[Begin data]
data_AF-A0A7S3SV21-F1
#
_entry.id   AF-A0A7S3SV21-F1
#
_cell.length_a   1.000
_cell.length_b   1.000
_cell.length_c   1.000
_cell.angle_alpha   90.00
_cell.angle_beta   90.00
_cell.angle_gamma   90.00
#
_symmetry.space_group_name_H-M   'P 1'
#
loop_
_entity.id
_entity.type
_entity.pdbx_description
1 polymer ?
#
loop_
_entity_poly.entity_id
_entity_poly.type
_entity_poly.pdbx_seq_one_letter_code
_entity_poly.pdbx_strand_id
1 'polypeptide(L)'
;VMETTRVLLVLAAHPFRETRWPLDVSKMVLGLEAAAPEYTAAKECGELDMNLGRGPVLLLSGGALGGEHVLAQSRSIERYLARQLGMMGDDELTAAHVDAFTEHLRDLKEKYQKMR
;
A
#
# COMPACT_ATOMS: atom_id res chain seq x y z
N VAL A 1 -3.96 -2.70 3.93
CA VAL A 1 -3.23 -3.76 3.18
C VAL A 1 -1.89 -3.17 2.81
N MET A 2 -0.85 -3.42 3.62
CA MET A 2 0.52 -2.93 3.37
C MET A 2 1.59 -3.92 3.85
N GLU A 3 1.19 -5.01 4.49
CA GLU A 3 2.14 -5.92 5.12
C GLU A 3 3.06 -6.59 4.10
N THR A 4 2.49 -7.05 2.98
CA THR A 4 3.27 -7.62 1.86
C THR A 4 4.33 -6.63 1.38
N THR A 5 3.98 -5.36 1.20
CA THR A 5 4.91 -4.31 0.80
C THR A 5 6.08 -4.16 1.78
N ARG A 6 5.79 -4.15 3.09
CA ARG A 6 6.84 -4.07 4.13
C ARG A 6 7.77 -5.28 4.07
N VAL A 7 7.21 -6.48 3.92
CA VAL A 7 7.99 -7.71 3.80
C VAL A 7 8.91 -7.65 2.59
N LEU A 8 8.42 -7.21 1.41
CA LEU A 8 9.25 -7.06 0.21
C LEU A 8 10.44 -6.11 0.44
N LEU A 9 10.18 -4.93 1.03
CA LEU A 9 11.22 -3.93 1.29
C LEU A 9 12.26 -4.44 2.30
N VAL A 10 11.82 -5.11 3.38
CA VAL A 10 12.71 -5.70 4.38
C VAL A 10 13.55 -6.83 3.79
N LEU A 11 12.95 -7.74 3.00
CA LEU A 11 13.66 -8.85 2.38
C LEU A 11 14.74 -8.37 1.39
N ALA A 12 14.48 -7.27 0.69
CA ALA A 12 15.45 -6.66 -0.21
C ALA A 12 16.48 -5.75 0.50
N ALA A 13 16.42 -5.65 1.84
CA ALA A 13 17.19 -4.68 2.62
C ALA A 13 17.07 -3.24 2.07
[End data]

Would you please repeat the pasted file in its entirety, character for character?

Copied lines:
data_AF-A0A7S3SV21-F1
#
_entry.id   AF-A0A7S3SV21-F1
#
_cell.length_a   1.000
_cell.length_b   1.000
_cell.length_c   1.000
_cell.angle_alpha   90.00
_cell.angle_beta   90.00
_cell.angle_gamma   90.00
#
_symmetry.space_group_name_H-M   'P 1'
#
loop_
_entity.id
_entity.type
_entity.pdbx_description
1 polymer ?
#
loop_
_entity_poly.entity_id
_entity_poly.type
_entity_poly.pdbx_seq_one_letter_code
_entity_poly.pdbx_strand_id
1 'polypeptide(L)'
;VMETTRVLLVLAAHPFRETRWPLDVSKMVLGLEAAAPEYTAAKECGELDMNLGRGPVLLLSGGALGGEHVLAQSRSIERYLARQLGMMGDDELTAAHVDAFTEHLRDLKEKYQKMR
;
A
#
# COMPACT_ATOMS: atom_id res chain seq x y z
N VAL A 1 -3.96 -2.70 3.93
CA VAL A 1 -3.23 -3.76 3.18
C VAL A 1 -1.89 -3.17 2.81
N MET A 2 -0.85 -3.42 3.62
CA MET A 2 0.52 -2.93 3.37
C MET A 2 1.59 -3.92 3.85
N GLU A 3 1.19 -5.01 4.49
CA GLU A 3 2.14 -5.92 5.12
C GLU A 3 3.06 -6.59 4.10
N THR A 4 2.49 -7.05 2.98
CA THR A 4 3.27 -7.62 1.86
C THR A 4 4.33 -6.63 1.38
N THR A 5 3.98 -5.36 1.20
CA THR A 5 4.91 -4.31 0.80
C THR A 5 6.08 -4.16 1.78
N ARG A 6 5.79 -4.15 3.09
CA ARG A 6 6.84 -4.07 4.13
C ARG A 6 7.77 -5.28 4.07
N VAL A 7 7.21 -6.48 3.92
CA VAL A 7 7.99 -7.71 3.80
C VAL A 7 8.91 -7.65 2.59
N LEU A 8 8.42 -7.21 1.41
CA LEU A 8 9.25 -7.06 0.21
C LEU A 8 10.44 -6.11 0.44
N LEU A 9 10.18 -4.93 1.03
CA LEU A 9 11.22 -3.93 1.29
C LEU A 9 12.26 -4.44 2.30
N VAL A 10 11.82 -5.11 3.38
CA VAL A 10 12.71 -5.70 4.38
C VAL A 10 13.55 -6.83 3.79
N LEU A 11 12.95 -7.74 3.00
CA LEU A 11 13.66 -8.85 2.38
C LEU A 11 14.74 -8.37 1.39
N ALA A 12 14.48 -7.27 0.69
CA ALA A 12 15.45 -6.66 -0.21
C ALA A 12 16.48 -5.75 0.50
N ALA A 13 16.42 -5.65 1.84
CA ALA A 13 17.19 -4.68 2.62
C ALA A 13 17.07 -3.24 2.07